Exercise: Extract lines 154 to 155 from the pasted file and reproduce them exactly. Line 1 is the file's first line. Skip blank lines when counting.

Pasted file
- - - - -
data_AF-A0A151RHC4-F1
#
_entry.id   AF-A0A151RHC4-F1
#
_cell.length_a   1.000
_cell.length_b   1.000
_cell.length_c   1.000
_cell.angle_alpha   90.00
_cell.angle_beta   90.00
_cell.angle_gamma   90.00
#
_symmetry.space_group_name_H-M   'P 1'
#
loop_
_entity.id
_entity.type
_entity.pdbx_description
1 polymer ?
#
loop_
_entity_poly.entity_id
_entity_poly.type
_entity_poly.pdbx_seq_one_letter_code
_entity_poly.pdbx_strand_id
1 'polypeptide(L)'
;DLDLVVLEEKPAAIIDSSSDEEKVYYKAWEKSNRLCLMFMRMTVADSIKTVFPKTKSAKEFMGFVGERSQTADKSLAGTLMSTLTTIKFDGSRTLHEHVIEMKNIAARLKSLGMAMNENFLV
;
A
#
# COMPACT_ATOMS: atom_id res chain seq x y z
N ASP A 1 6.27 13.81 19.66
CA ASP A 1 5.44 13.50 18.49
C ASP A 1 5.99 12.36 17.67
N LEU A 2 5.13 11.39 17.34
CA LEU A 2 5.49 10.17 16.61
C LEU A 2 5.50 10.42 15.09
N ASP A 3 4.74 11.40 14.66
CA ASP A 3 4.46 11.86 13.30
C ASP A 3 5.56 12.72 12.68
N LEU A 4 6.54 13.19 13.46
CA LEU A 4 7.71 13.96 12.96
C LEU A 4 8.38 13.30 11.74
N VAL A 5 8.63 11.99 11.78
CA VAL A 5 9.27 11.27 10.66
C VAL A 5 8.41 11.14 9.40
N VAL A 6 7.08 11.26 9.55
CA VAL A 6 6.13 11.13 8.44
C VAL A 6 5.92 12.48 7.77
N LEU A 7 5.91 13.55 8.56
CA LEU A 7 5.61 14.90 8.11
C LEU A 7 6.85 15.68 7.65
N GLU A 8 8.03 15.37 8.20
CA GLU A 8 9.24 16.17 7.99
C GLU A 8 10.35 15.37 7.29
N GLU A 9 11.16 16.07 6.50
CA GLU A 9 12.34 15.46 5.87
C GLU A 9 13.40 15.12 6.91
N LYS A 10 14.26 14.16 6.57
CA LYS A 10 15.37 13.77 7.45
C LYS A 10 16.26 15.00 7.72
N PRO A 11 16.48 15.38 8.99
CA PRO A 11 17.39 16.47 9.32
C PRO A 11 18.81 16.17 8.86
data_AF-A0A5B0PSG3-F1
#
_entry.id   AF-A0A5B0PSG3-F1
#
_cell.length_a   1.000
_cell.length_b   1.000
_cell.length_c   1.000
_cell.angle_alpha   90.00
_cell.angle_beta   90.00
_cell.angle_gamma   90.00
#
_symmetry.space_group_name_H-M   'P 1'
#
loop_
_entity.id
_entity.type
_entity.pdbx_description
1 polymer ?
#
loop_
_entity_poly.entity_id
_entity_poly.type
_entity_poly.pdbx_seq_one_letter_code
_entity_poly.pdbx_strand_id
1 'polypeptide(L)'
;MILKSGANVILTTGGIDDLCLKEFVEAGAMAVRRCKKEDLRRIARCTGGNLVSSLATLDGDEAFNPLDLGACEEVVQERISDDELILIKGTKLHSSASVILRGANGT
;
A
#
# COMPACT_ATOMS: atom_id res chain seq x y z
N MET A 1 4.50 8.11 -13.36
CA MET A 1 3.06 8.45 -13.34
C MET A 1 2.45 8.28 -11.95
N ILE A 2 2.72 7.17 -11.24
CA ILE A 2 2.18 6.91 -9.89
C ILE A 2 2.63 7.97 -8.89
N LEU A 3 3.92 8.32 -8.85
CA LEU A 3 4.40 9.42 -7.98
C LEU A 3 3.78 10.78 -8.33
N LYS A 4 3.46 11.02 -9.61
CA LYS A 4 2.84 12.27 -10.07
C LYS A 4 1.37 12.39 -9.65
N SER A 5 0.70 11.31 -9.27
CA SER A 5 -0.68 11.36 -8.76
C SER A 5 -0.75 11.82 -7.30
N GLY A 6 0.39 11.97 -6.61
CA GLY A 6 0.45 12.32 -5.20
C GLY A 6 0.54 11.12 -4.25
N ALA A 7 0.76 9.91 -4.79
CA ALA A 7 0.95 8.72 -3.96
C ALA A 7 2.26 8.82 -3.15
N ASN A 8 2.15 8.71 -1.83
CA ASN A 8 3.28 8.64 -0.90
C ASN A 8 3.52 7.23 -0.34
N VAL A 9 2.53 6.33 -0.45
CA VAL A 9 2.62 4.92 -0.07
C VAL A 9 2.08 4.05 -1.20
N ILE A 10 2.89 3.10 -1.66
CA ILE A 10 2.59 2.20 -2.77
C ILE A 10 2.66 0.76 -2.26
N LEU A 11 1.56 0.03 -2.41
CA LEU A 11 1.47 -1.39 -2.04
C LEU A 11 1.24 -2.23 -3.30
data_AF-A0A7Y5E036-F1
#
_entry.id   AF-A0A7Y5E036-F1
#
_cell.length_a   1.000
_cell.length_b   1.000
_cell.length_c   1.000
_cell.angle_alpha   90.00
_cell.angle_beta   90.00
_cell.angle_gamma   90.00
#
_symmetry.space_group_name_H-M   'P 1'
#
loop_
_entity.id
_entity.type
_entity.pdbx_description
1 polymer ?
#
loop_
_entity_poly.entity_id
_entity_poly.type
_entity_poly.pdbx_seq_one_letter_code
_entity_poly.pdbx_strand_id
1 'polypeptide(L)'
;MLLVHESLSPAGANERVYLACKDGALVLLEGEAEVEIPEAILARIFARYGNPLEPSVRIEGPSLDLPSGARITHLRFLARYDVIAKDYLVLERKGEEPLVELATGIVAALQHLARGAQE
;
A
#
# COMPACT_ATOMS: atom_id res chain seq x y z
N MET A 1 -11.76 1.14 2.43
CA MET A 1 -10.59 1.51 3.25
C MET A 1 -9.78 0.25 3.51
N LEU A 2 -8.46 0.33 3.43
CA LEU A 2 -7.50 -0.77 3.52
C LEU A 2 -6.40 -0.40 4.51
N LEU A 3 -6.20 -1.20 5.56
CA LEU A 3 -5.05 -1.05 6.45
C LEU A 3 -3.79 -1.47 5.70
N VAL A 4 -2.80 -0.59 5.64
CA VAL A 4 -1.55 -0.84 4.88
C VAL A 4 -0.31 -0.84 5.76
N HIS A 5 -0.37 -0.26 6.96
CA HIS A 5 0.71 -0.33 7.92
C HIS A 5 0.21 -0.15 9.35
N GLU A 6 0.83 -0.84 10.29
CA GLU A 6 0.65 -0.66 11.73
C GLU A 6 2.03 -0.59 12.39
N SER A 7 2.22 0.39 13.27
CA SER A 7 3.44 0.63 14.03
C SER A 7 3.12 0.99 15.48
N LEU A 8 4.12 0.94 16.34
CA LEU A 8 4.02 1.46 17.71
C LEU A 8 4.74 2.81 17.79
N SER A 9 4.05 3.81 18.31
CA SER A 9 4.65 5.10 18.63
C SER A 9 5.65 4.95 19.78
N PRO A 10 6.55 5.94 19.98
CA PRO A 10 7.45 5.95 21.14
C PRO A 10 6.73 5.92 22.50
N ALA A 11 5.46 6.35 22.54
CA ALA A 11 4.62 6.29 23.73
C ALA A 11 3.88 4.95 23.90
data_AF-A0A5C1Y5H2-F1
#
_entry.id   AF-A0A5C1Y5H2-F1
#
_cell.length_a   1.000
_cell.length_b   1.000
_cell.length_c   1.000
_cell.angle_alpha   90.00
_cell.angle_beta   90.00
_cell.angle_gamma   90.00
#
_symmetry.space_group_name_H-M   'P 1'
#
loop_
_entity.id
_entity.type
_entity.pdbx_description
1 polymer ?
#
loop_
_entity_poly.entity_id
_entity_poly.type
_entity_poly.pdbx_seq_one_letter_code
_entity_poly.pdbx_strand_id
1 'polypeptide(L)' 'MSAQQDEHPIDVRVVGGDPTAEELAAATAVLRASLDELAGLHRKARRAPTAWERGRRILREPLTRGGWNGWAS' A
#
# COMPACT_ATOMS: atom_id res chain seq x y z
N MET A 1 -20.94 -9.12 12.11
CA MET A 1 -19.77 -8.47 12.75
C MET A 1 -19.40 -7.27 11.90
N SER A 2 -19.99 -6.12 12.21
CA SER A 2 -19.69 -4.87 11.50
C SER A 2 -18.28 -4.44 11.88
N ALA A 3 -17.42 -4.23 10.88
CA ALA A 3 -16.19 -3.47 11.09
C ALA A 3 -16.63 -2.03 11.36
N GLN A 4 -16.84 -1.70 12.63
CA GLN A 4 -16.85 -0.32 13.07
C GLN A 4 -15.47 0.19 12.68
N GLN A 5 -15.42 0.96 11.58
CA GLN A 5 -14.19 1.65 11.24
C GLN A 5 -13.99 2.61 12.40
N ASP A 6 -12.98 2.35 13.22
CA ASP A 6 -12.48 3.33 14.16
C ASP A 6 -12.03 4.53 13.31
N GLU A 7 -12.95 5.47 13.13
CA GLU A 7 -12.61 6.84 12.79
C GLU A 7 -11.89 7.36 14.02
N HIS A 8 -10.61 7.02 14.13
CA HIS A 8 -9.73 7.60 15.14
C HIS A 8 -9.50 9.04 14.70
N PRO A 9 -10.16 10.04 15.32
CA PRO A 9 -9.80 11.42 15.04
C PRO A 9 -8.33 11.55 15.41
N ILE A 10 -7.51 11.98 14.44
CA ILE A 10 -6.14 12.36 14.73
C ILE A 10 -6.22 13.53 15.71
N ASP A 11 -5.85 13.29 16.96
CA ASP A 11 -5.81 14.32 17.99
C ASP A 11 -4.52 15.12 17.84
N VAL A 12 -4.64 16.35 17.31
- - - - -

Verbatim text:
A
#